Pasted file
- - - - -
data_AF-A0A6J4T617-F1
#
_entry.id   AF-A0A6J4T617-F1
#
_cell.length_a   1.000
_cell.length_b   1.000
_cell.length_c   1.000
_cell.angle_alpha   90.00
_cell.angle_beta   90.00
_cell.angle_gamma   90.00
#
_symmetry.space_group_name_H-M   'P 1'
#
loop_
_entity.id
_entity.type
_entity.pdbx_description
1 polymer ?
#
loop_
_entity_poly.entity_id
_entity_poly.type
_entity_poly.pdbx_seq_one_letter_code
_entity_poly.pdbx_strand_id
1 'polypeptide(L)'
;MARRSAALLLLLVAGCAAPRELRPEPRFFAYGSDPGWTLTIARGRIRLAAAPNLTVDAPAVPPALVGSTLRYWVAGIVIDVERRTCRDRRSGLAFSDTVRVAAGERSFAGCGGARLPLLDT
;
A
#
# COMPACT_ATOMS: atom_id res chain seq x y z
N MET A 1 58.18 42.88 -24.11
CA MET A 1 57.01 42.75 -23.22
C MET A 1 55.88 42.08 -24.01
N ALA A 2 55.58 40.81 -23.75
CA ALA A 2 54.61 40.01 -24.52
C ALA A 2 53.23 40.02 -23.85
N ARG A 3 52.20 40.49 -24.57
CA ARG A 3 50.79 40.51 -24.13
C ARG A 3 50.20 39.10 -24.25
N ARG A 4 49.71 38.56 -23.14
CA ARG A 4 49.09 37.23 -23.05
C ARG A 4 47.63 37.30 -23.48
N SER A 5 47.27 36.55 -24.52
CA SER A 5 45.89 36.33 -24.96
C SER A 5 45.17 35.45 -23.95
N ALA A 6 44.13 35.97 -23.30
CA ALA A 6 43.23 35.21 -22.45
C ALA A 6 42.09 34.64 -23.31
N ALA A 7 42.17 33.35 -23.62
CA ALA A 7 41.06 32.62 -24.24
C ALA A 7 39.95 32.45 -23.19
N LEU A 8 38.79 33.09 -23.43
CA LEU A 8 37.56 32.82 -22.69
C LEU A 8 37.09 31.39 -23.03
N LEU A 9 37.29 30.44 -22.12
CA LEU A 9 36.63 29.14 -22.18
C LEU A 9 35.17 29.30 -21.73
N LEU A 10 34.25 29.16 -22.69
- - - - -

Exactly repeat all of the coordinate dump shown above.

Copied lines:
data_AF-A0A6J4T617-F1
#
_entry.id   AF-A0A6J4T617-F1
#
_cell.length_a   1.000
_cell.length_b   1.000
_cell.length_c   1.000
_cell.angle_alpha   90.00
_cell.angle_beta   90.00
_cell.angle_gamma   90.00
#
_symmetry.space_group_name_H-M   'P 1'
#
loop_
_entity.id
_entity.type
_entity.pdbx_description
1 polymer ?
#
loop_
_entity_poly.entity_id
_entity_poly.type
_entity_poly.pdbx_seq_one_letter_code
_entity_poly.pdbx_strand_id
1 'polypeptide(L)'
;MARRSAALLLLLVAGCAAPRELRPEPRFFAYGSDPGWTLTIARGRIRLAAAPNLTVDAPAVPPALVGSTLRYWVAGIVIDVERRTCRDRRSGLAFSDTVRVAAGERSFAGCGGARLPLLDT
;
A
#
# COMPACT_ATOMS: atom_id res chain seq x y z
N MET A 1 58.18 42.88 -24.11
CA MET A 1 57.01 42.75 -23.22
C MET A 1 55.88 42.08 -24.01
N ALA A 2 55.58 40.81 -23.75
CA ALA A 2 54.61 40.01 -24.52
C ALA A 2 53.23 40.02 -23.85
N ARG A 3 52.20 40.49 -24.57
CA ARG A 3 50.79 40.51 -24.13
C ARG A 3 50.20 39.10 -24.25
N ARG A 4 49.71 38.56 -23.14
CA ARG A 4 49.09 37.23 -23.05
C ARG A 4 47.63 37.30 -23.48
N SER A 5 47.27 36.55 -24.52
CA SER A 5 45.89 36.33 -24.96
C SER A 5 45.17 35.45 -23.95
N ALA A 6 44.13 35.97 -23.30
CA ALA A 6 43.23 35.21 -22.45
C ALA A 6 42.09 34.64 -23.31
N ALA A 7 42.17 33.35 -23.62
CA ALA A 7 41.06 32.62 -24.24
C ALA A 7 39.95 32.45 -23.19
N LEU A 8 38.79 33.09 -23.43
CA LEU A 8 37.56 32.82 -22.69
C LEU A 8 37.09 31.39 -23.03
N LEU A 9 37.29 30.44 -22.12
CA LEU A 9 36.63 29.14 -22.18
C LEU A 9 35.17 29.30 -21.73
N LEU A 10 34.25 29.16 -22.69